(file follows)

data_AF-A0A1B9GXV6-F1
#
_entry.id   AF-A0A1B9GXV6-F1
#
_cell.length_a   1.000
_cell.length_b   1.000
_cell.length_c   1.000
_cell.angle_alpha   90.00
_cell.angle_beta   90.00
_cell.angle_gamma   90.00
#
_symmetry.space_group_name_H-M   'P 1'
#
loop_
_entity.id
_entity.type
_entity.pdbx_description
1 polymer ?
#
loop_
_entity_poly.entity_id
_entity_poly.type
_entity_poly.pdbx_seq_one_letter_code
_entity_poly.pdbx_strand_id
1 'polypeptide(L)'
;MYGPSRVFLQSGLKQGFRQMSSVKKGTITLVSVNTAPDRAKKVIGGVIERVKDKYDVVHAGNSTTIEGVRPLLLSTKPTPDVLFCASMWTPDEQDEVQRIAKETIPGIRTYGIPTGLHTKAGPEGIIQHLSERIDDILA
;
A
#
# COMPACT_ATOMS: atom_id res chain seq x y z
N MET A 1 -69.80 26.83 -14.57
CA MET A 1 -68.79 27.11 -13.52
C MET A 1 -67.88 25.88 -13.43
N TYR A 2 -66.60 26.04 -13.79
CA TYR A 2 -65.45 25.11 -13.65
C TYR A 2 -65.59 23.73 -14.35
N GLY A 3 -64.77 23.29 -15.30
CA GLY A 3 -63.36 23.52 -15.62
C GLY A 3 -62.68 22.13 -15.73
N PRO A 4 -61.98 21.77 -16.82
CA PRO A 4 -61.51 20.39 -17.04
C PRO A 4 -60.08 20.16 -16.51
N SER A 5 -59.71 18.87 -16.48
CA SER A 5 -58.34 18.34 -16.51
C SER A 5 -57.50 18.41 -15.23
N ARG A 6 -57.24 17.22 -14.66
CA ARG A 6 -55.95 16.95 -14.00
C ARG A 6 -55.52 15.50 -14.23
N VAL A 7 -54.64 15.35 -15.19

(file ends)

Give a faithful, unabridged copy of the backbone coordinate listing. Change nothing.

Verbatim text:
data_AF-A0A1B9GXV6-F1
#
_entry.id   AF-A0A1B9GXV6-F1
#
_cell.length_a   1.000
_cell.length_b   1.000
_cell.length_c   1.000
_cell.angle_alpha   90.00
_cell.angle_beta   90.00
_cell.angle_gamma   90.00
#
_symmetry.space_group_name_H-M   'P 1'
#
loop_
_entity.id
_entity.type
_entity.pdbx_description
1 polymer ?
#
loop_
_entity_poly.entity_id
_entity_poly.type
_entity_poly.pdbx_seq_one_letter_code
_entity_poly.pdbx_strand_id
1 'polypeptide(L)'
;MYGPSRVFLQSGLKQGFRQMSSVKKGTITLVSVNTAPDRAKKVIGGVIERVKDKYDVVHAGNSTTIEGVRPLLLSTKPTPDVLFCASMWTPDEQDEVQRIAKETIPGIRTYGIPTGLHTKAGPEGIIQHLSERIDDILA
;
A
#
# COMPACT_ATOMS: atom_id res chain seq x y z
N MET A 1 -69.80 26.83 -14.57
CA MET A 1 -68.79 27.11 -13.52
C MET A 1 -67.88 25.88 -13.43
N TYR A 2 -66.60 26.04 -13.79
CA TYR A 2 -65.45 25.11 -13.65
C TYR A 2 -65.59 23.73 -14.35
N GLY A 3 -64.77 23.29 -15.30
CA GLY A 3 -63.36 23.52 -15.62
C GLY A 3 -62.68 22.13 -15.73
N PRO A 4 -61.98 21.77 -16.82
CA PRO A 4 -61.51 20.39 -17.04
C PRO A 4 -60.08 20.16 -16.51
N SER A 5 -59.71 18.87 -16.48
CA SER A 5 -58.34 18.34 -16.51
C SER A 5 -57.50 18.41 -15.23
N ARG A 6 -57.24 17.22 -14.66
CA ARG A 6 -55.95 16.95 -14.00
C ARG A 6 -55.52 15.50 -14.23
N VAL A 7 -54.64 15.35 -15.19